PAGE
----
Your dear letter of the 20th reached me last night. You must not be angry with me if occasionally, as in my letter of the 13th, I lack the very thing I am always forcing myself to acquire. But I ask you to consider what can be the thoughts of one who is young, in the fulness of productiveness, at the hour when life is flowering, if he is snatched away, and cast upon barren soil where all he has cherished fails him.
Well, after the first wrench he finds that life has not forsaken him, and sets to work upon the new ungrateful ground. The effort calls for such a concentration of energy as leaves no time for either hopes or fears. It is the constant effort at adaptation, and I manage it, except only in moments of the rebellion (quickly suppressed) of the thoughts and wishes of the past. But I need my whole strength at times for keeping down the pangs of memory and accepting what is.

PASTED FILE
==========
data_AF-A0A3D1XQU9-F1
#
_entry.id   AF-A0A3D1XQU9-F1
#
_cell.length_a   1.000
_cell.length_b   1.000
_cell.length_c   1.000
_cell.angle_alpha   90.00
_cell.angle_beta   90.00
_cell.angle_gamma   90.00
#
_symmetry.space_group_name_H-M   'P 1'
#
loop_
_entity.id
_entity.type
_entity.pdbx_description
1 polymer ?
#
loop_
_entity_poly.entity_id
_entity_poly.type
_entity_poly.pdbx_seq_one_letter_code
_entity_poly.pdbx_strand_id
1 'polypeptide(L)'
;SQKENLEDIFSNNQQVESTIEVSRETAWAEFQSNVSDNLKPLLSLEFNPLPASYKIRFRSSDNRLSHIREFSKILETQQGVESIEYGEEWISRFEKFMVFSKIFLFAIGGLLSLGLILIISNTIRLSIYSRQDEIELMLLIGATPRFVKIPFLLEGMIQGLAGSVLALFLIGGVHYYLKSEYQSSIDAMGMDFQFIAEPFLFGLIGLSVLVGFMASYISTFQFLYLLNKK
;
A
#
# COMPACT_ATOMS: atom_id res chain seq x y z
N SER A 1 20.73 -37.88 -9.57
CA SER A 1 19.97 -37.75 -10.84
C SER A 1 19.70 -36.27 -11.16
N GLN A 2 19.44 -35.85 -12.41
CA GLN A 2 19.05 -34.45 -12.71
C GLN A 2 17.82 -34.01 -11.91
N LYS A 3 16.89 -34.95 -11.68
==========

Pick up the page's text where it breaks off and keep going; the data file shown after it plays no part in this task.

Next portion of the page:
I was thinking of the sad moments that you too endure, and that was why I encouraged you to an impersonal idea of our union. I know how strong you are, and how prepared for this idea. Yes, you are right, we must not meet the pain half-way. But at times it is difficult to distinguish between the real suffering that affects us, and that which is only possible or imminent.
Mind you notice that I have perfect hope and that I count on prevailing grace, but, caring more than anything to be an artist, I am occupied in drawing all the beauty out, in drawing out the utmost beauty, as quickly as may be, none of us knowing how much time is meted to us.